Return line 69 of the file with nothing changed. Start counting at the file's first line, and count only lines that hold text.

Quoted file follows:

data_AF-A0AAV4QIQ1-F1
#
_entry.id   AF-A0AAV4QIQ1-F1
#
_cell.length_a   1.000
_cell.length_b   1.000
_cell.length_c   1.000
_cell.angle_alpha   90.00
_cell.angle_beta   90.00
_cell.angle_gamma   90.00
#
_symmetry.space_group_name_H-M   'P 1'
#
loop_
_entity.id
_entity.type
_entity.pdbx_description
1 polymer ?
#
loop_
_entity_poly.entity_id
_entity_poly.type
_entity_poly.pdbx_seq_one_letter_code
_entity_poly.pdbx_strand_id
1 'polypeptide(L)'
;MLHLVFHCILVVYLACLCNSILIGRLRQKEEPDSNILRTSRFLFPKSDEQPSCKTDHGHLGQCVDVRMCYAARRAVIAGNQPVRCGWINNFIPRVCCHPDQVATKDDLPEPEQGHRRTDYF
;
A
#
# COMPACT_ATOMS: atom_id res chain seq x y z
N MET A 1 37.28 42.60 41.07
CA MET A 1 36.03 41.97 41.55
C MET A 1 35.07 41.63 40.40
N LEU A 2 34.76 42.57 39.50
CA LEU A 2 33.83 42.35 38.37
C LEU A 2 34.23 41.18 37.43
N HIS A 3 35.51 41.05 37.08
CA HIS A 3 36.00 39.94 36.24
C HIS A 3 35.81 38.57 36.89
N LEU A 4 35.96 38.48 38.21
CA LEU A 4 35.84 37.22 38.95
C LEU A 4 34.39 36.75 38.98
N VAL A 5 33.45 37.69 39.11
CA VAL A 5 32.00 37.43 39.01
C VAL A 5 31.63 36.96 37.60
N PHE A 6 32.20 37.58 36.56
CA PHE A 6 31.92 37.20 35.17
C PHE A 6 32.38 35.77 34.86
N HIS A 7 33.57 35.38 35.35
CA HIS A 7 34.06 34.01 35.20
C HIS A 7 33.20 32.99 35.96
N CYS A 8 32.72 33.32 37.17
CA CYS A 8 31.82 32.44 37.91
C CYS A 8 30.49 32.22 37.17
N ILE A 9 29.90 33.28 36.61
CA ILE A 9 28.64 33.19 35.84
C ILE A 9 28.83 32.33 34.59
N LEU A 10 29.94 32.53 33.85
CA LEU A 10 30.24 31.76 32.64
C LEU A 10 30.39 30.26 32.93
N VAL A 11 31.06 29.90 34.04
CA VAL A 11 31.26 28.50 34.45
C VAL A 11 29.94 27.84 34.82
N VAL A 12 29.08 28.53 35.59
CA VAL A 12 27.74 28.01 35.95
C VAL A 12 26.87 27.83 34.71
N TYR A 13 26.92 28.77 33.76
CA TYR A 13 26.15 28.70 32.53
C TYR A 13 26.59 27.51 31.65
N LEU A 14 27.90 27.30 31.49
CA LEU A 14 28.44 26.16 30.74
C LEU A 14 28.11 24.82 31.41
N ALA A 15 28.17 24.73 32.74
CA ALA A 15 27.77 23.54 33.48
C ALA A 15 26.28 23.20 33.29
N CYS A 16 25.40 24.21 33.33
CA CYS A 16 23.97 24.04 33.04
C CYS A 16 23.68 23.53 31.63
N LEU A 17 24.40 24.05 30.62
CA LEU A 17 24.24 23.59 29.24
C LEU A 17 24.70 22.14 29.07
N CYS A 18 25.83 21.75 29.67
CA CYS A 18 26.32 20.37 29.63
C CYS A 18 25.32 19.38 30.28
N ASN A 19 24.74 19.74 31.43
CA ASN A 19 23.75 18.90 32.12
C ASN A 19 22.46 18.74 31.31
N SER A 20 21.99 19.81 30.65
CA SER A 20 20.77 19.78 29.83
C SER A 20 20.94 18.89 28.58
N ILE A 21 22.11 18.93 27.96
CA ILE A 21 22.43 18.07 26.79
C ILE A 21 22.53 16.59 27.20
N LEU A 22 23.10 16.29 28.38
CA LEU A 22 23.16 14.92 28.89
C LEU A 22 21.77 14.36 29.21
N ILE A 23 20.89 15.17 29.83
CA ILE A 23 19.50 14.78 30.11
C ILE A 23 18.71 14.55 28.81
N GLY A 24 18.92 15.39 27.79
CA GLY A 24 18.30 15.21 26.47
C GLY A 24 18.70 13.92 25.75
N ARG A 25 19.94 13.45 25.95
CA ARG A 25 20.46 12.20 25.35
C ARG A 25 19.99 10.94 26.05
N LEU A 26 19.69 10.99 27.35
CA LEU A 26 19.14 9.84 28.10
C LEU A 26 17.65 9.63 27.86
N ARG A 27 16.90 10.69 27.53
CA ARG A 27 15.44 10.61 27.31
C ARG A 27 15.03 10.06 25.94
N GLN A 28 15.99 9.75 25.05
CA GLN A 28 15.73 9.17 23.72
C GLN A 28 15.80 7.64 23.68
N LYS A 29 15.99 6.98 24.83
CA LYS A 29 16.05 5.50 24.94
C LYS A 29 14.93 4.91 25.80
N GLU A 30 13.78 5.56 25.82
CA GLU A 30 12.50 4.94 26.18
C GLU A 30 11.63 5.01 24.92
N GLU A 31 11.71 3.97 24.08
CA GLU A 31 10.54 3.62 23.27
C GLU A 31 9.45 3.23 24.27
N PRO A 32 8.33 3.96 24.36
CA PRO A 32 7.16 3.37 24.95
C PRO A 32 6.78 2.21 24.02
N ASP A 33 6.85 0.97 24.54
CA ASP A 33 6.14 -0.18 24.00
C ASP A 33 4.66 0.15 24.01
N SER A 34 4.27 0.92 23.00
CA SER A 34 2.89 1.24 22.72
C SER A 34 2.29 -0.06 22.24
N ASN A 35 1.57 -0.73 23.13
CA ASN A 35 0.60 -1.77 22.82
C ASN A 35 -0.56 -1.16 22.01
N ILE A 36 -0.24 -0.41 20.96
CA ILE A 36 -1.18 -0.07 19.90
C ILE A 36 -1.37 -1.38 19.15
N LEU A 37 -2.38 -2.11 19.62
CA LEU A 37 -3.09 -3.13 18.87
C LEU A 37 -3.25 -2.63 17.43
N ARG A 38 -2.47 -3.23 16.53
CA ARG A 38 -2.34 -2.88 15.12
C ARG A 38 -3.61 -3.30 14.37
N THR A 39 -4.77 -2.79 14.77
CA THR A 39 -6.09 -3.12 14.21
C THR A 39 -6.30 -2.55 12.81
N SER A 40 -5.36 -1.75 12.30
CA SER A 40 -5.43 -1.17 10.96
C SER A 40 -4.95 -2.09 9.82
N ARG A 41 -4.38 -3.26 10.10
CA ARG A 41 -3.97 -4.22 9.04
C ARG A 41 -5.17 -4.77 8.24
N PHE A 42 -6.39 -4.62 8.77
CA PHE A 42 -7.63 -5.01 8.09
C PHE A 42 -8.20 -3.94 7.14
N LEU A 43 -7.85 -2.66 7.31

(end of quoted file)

C TYR A 13 26.59 27.51 31.65